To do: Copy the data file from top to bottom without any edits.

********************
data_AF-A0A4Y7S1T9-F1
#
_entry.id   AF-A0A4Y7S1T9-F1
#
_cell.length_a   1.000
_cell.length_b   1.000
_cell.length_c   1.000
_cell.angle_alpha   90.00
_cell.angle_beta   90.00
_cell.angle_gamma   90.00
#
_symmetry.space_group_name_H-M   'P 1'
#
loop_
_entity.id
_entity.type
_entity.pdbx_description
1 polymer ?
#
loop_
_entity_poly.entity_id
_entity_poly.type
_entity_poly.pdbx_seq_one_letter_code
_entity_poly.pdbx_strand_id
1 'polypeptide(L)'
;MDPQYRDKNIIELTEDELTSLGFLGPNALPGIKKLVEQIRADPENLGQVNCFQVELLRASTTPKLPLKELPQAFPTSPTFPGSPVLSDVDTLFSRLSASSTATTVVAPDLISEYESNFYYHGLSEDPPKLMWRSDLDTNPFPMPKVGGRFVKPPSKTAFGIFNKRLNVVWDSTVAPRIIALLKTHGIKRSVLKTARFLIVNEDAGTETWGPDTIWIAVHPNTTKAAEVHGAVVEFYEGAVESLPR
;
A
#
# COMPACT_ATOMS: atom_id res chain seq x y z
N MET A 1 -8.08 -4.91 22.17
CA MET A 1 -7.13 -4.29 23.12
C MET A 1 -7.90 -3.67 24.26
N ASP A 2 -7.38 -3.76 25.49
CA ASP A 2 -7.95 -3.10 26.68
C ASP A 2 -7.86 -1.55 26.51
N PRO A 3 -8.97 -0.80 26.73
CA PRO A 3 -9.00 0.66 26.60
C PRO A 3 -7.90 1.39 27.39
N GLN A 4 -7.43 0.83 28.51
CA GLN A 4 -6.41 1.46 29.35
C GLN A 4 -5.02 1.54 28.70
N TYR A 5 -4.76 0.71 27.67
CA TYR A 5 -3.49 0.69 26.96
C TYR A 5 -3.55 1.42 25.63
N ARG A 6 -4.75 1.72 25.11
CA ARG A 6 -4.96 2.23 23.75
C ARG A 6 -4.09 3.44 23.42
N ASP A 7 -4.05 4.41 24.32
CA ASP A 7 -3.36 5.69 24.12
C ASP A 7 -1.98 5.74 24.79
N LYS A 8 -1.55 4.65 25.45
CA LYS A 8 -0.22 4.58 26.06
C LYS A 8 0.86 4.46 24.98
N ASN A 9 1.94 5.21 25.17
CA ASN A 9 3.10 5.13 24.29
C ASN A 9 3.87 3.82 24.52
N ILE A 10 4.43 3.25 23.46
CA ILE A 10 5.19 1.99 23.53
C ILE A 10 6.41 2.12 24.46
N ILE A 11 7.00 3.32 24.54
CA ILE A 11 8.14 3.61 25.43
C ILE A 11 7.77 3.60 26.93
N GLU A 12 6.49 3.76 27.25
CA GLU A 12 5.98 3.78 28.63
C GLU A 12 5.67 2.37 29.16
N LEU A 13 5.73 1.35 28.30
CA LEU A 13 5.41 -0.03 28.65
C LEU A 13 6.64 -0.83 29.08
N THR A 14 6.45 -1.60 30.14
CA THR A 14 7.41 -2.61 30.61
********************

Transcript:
data_AF-A0A4Y7S1T9-F1
#
_entry.id   AF-A0A4Y7S1T9-F1
#
_cell.length_a   1.000
_cell.length_b   1.000
_cell.length_c   1.000
_cell.angle_alpha   90.00
_cell.angle_beta   90.00
_cell.angle_gamma   90.00
#
_symmetry.space_group_name_H-M   'P 1'
#
loop_
_entity.id
_entity.type
_entity.pdbx_description
1 polymer ?
#
loop_
_entity_poly.entity_id
_entity_poly.type
_entity_poly.pdbx_seq_one_letter_code
_entity_poly.pdbx_strand_id
1 'polypeptide(L)'
;MDPQYRDKNIIELTEDELTSLGFLGPNALPGIKKLVEQIRADPENLGQVNCFQVELLRASTTPKLPLKELPQAFPTSPTFPGSPVLSDVDTLFSRLSASSTATTVVAPDLISEYESNFYYHGLSEDPPKLMWRSDLDTNPFPMPKVGGRFVKPPSKTAFGIFNKRLNVVWDSTVAPRIIALLKTHGIKRSVLKTARFLIVNEDAGTETWGPDTIWIAVHPNTTKAAEVHGAVVEFYEGAVESLPR
;
A
#
# COMPACT_ATOMS: atom_id res chain seq x y z
N MET A 1 -8.08 -4.91 22.17
CA MET A 1 -7.13 -4.29 23.12
C MET A 1 -7.90 -3.67 24.26
N ASP A 2 -7.38 -3.76 25.49
CA ASP A 2 -7.95 -3.10 26.68
C ASP A 2 -7.86 -1.55 26.51
N PRO A 3 -8.97 -0.80 26.73
CA PRO A 3 -9.00 0.66 26.60
C PRO A 3 -7.90 1.39 27.39
N GLN A 4 -7.43 0.83 28.51
CA GLN A 4 -6.41 1.46 29.35
C GLN A 4 -5.02 1.54 28.70
N TYR A 5 -4.76 0.71 27.67
CA TYR A 5 -3.49 0.69 26.96
C TYR A 5 -3.55 1.42 25.63
N ARG A 6 -4.75 1.72 25.11
CA ARG A 6 -4.96 2.23 23.75
C ARG A 6 -4.09 3.44 23.42
N ASP A 7 -4.05 4.41 24.32
CA ASP A 7 -3.36 5.69 24.12
C ASP A 7 -1.98 5.74 24.79
N LYS A 8 -1.55 4.65 25.45
CA LYS A 8 -0.22 4.58 26.06
C LYS A 8 0.86 4.46 24.98
N ASN A 9 1.94 5.21 25.17
CA ASN A 9 3.10 5.13 24.29
C ASN A 9 3.87 3.82 24.52
N ILE A 10 4.43 3.25 23.46
CA ILE A 10 5.19 1.99 23.53
C ILE A 10 6.41 2.12 24.46
N ILE A 11 7.00 3.32 24.54
CA ILE A 11 8.14 3.61 25.43
C ILE A 11 7.77 3.60 26.93
N GLU A 12 6.49 3.76 27.25
CA GLU A 12 5.98 3.78 28.63
C GLU A 12 5.67 2.37 29.16
N LEU A 13 5.73 1.35 28.30
CA LEU A 13 5.41 -0.03 28.65
C LEU A 13 6.64 -0.83 29.08
N THR A 14 6.45 -1.60 30.14
CA THR A 14 7.41 -2.61 30.61